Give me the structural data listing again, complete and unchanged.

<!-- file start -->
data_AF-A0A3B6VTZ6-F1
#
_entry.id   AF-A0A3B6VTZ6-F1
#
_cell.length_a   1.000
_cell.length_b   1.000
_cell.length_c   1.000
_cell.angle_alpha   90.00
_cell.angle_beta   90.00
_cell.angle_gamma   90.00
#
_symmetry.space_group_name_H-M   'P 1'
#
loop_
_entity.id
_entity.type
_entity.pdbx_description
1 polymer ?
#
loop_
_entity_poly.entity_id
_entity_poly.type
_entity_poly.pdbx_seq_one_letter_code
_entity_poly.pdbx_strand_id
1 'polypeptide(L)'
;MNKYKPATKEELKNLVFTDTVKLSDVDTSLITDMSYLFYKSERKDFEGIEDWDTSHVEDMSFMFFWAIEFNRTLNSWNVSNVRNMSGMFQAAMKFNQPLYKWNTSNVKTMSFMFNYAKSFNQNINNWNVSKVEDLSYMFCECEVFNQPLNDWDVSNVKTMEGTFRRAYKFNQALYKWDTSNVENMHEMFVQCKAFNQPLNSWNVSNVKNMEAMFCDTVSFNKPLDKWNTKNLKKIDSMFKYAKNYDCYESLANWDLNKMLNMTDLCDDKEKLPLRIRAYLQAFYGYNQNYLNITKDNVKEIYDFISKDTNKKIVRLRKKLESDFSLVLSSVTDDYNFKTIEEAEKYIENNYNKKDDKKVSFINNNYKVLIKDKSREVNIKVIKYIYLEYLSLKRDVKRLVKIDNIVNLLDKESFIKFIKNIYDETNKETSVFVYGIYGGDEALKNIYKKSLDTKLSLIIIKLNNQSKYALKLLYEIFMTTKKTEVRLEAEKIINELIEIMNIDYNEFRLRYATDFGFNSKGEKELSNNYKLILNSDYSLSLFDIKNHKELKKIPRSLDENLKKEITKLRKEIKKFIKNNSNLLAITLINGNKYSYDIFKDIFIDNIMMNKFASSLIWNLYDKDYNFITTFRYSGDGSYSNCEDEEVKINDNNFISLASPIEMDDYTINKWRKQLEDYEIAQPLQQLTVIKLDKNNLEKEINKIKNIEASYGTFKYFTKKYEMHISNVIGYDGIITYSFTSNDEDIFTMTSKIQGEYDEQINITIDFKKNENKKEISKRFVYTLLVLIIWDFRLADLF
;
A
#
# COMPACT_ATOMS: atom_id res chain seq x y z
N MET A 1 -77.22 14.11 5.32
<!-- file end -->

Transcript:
data_AF-A0A3B6VTZ6-F1
#
_entry.id   AF-A0A3B6VTZ6-F1
#
_cell.length_a   1.000
_cell.length_b   1.000
_cell.length_c   1.000
_cell.angle_alpha   90.00
_cell.angle_beta   90.00
_cell.angle_gamma   90.00
#
_symmetry.space_group_name_H-M   'P 1'
#
loop_
_entity.id
_entity.type
_entity.pdbx_description
1 polymer ?
#
loop_
_entity_poly.entity_id
_entity_poly.type
_entity_poly.pdbx_seq_one_letter_code
_entity_poly.pdbx_strand_id
1 'polypeptide(L)'
;MNKYKPATKEELKNLVFTDTVKLSDVDTSLITDMSYLFYKSERKDFEGIEDWDTSHVEDMSFMFFWAIEFNRTLNSWNVSNVRNMSGMFQAAMKFNQPLYKWNTSNVKTMSFMFNYAKSFNQNINNWNVSKVEDLSYMFCECEVFNQPLNDWDVSNVKTMEGTFRRAYKFNQALYKWDTSNVENMHEMFVQCKAFNQPLNSWNVSNVKNMEAMFCDTVSFNKPLDKWNTKNLKKIDSMFKYAKNYDCYESLANWDLNKMLNMTDLCDDKEKLPLRIRAYLQAFYGYNQNYLNITKDNVKEIYDFISKDTNKKIVRLRKKLESDFSLVLSSVTDDYNFKTIEEAEKYIENNYNKKDDKKVSFINNNYKVLIKDKSREVNIKVIKYIYLEYLSLKRDVKRLVKIDNIVNLLDKESFIKFIKNIYDETNKETSVFVYGIYGGDEALKNIYKKSLDTKLSLIIIKLNNQSKYALKLLYEIFMTTKKTEVRLEAEKIINELIEIMNIDYNEFRLRYATDFGFNSKGEKELSNNYKLILNSDYSLSLFDIKNHKELKKIPRSLDENLKKEITKLRKEIKKFIKNNSNLLAITLINGNKYSYDIFKDIFIDNIMMNKFASSLIWNLYDKDYNFITTFRYSGDGSYSNCEDEEVKINDNNFISLASPIEMDDYTINKWRKQLEDYEIAQPLQQLTVIKLDKNNLEKEINKIKNIEASYGTFKYFTKKYEMHISNVIGYDGIITYSFTSNDEDIFTMTSKIQGEYDEQINITIDFKKNENKKEISKRFVYTLLVLIIWDFRLADLF
;
A
#
# COMPACT_ATOMS: atom_id res chain seq x y z
N MET A 1 -77.22 14.11 5.32